What I learned about Koreans after watching my first K-drama series
The drama diary
I've never been a fan of anything Korean. Not its music, entertainment, food or male specimens — somehow feasting on jjimdak (braised chicken), bobbing my head along to Korean rap and melting at the thought of a tousled-haired, porcelain-faced Korean heartthrob isn't my idea of a good time. That's not to say I reject anything Korean. I've had early introductions to its entertainment scene by way of Daniel Henney — the half-Korean amuse bouche before you go full-on — in Seducing Mr. Perfect, a cheesy chick flick in 2006. Then there's Psy of course, and the 'Gangnam Style' goodness he bestowed upon the world in 2012. The last time I religiously followed an East Asian television series was the Japanese tearjerker, One Litre of Tears, in 2005. It's a region whose pop culture I just didn't gravitate too.
When I was tasked to come up with a few stories for our Korean special (timely to the recent Seoul Fashion Week shenanigans), I have to admit I struggled. What would I write about? I figured I could cover Seoul's cool concept stores done by both local firms and the likes of Peter Marino. Done. I could barely tell the difference between my Taeyeons from my Taeyangs, so I thought a digest would work. Done. Korean dramas couldn't be ignored, so I figured I could pen a few thoughts after watching my first ever episode — in case anyone cared. Done. Like any true-blue Singaporean, I spent my morning commute in the train glued to my mobile screen, trying to make sense of the hit television series, Goblin.
Why Goblin? Well, it's only one of the most successful Korean drama series of all time. It's backed by substance, too, written by Kim Eun-sook, who also wrote the television hit Descendants of the Sun (DOTS). Director Lee Eun-bok is also behind some episodes, and is also from similar DOTS stock — although self-professed K-drama critics might be splitting hairs over how good DOTS really was. Goblin's lead is Gong Yoo, who I vaguely recognised from Train To Busan's marketing campaigns that successfully infiltrated into this non-subscriber's social media feed. The premise of this fantasy-drama sounded promising, as it didn't have that clichéd rich boy meets not-so-rich girl, star-crossed lovers nonsense.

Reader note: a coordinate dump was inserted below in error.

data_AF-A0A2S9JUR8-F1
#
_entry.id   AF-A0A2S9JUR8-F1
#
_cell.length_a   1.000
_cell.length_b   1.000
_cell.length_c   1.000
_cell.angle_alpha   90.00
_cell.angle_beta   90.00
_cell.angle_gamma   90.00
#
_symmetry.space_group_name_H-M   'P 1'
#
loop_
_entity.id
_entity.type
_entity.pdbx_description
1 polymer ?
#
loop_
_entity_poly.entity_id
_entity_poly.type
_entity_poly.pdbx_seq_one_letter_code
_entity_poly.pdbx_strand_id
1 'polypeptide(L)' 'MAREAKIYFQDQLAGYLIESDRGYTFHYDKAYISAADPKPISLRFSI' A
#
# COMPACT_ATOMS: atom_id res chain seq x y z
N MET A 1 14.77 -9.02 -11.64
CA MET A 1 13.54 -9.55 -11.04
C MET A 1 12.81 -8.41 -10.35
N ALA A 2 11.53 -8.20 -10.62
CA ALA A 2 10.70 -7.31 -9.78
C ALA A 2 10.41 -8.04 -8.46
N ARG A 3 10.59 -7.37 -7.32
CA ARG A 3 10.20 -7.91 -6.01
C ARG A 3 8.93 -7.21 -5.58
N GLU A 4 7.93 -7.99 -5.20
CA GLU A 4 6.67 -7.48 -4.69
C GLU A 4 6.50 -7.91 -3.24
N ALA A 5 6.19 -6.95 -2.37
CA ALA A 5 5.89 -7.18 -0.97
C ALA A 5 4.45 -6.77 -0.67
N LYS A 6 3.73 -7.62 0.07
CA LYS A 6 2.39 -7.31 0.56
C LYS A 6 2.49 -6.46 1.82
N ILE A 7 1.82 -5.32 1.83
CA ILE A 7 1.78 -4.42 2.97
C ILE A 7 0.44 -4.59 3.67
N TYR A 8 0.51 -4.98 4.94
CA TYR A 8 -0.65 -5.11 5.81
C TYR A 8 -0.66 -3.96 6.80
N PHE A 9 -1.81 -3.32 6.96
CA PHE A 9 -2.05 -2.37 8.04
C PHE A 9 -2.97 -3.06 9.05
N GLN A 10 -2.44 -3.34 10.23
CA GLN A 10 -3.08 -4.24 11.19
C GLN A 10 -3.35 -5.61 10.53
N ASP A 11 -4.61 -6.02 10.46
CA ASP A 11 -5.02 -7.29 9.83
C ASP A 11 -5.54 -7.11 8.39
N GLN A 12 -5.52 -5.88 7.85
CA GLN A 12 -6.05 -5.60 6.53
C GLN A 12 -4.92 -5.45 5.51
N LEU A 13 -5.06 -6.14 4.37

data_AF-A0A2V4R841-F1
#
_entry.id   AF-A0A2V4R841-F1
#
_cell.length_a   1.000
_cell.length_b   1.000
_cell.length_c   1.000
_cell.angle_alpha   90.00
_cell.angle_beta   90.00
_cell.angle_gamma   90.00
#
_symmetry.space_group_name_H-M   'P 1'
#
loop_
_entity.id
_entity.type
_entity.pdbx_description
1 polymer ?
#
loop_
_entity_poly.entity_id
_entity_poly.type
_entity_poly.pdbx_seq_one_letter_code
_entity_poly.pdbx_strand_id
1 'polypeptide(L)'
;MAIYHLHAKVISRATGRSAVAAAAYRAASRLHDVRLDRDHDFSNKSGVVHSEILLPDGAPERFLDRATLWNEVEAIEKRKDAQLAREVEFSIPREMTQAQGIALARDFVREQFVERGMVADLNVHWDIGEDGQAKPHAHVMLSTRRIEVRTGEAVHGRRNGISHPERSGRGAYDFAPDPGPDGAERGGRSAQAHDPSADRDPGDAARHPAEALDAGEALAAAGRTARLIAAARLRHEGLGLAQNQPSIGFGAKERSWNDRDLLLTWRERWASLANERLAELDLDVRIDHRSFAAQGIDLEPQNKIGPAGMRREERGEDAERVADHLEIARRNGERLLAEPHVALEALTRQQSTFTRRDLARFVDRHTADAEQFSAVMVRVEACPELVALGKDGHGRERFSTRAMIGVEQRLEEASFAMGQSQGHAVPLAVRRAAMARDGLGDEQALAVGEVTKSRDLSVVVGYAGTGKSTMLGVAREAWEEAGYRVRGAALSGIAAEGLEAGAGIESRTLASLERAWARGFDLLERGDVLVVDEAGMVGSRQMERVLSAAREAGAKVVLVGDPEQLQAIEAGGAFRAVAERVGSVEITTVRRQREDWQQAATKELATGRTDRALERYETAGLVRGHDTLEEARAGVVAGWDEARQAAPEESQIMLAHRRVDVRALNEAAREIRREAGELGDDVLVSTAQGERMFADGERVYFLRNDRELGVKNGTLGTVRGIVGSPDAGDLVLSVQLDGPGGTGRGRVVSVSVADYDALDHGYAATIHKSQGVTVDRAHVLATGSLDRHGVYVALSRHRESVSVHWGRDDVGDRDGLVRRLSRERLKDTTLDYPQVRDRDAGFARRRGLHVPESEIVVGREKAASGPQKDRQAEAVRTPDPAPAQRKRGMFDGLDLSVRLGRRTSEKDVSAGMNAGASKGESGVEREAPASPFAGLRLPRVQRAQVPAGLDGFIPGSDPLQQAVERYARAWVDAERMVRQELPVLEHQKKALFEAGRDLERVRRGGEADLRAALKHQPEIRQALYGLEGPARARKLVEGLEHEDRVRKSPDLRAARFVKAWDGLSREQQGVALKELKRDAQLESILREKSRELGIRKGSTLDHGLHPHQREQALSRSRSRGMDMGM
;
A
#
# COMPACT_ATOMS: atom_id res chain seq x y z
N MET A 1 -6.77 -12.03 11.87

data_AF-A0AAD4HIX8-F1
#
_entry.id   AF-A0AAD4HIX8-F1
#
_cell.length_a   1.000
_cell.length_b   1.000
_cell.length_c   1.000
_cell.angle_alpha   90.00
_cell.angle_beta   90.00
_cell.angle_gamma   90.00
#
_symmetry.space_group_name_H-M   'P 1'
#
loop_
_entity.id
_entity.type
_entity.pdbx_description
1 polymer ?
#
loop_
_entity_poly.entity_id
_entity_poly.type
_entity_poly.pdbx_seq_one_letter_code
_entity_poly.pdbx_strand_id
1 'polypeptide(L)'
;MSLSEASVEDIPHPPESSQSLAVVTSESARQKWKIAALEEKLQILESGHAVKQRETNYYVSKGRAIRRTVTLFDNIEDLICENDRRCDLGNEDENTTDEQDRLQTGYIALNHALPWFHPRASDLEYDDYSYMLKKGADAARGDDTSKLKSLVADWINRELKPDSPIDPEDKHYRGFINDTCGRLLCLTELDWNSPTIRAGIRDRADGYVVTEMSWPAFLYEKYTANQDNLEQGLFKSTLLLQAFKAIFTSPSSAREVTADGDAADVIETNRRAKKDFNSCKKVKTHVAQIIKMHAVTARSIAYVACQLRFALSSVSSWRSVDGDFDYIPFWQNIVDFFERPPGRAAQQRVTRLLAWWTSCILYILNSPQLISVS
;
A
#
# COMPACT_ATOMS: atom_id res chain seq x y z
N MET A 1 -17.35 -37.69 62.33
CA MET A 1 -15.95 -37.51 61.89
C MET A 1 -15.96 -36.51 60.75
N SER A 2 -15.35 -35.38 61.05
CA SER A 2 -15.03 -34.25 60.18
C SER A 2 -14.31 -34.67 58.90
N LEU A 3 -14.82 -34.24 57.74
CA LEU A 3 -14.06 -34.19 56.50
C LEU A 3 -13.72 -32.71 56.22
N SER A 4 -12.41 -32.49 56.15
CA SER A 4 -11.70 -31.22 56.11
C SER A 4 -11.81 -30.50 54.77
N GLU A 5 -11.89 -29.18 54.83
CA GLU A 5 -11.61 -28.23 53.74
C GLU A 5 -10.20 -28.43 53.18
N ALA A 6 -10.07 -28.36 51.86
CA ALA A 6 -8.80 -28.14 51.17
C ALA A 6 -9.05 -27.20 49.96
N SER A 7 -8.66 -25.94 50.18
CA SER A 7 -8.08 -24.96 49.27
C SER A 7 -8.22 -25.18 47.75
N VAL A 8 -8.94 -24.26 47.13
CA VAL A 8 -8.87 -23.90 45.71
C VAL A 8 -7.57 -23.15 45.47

Instead, two accidental roommates just happened to be a 100-year-old goblin and a grim reaper (Lee Dong-wook), shacking up for the first time. The Goblin (Gong Yoo) wanted to end his immortality by falling in love with a mortal. Then there's Kim Go-eun as Ji Eun-tak, an orphaned teen who could see spirits, and also happened to be the goblin's bride... whatever that was. If everything I've learned about Americans are through my unhealthy consumption of Friends, Frasier, Scrubs, Boston Legal, Californication and The Office, then surely Goblin could teach me a thing or two about Koreans.
1. Romance has some bloody beginnings
I was not expecting that much blood from the get-go. What the hell, Gong Yoo? Just after the five-minute mark, we see the Goblin in full warrior mode, slashing everything in his sight in a war that happened some 900 years ago. I dropped my jaw at each bloody frame, and even flinched when bows and arrows were utilised.
2. Goblins and grim reapers aren't all vile-looking
What did I know about Korean goblins? Next to nothing, apparently. Western pop culture had prepped me to expect a menacing, foul-mouthed monster, dripping in green goo and with a pair of pointy ears for added effect. Think: Willem Dafoe from Sam Raimi's Spider-Man trilogy (which is, ahem, still the best version of the comic book hero). I was not expecting the beautiful creature that is Gong Yoo, whose eyes crinkled at each unexpected gesture, and whose steady gaze can make you disloyal to the men you've indulged in before. As the grim reaper/angel of death, Lee Dong-wook takes it to the next level with a charm that's almost deadly. Also handy are his pillowy, full lips, which can inspire the likes of Pablo Neruda to wax lyrical on.
3. The damsel in distress trope needs to die
Alright, so three women died in the first episode alone. Sure, a couple of warriors did too, but two out of the three women were pretty pivotal to the story — the first was a royal who I can only assume had an affair with the Goblin when he was a mere mortal (the intense eye contact was a huge clue). The third was the mother of the Goblin bride, who not only died once, but twice, just for good measure. Meanwhile the female protagonist is a whiny, naïve excuse for a woman in love — yes, she's only in her late teens, but surely a bit of backbone could have been written in. Reality check: A boyfriend is not going to make your problems magically disappear. It's not the '60s.
4. Don't underestimate the powers of a felt hat
Or a well-tailored jacket. Or a snug cashmere sweater. Man, can Koreans dress. I was immediately taken to the cream pullovers, grey turtlenecks and subtle hues donned by the Goblin, while the female characters eased themselves in casual separates. A grim reaper has never looked this good — well suited in black (fashion's favourite hue) and in a hat that'll make any Maison Michel fan jealous. Those Twilight folks need to up their game. When a member of Korea's underworld dons a Dolce & Gabbana beaded crown brooch while he's giving out death cards, you know he means business.
5. Goblin's a tourism board's dream come true
Destinations never look as pretty as when two dramatic leads are within in to fall in love for the first time. Quebec through the eyes of Koreans is quite the charmer, as are other filming locations within Korea. Gangwon Province's Jumunjin Gangneung is the respite where Ji Eun-tak meets the Goblin for the official first time, while a street off Deoksugung Doldam-Gil is the perfect backdrop for a slow-mo shot. Further into the series, you'll discover other gems like Hanmi Bookstore in Incheon, as well as the Château Frontenac in Quebec.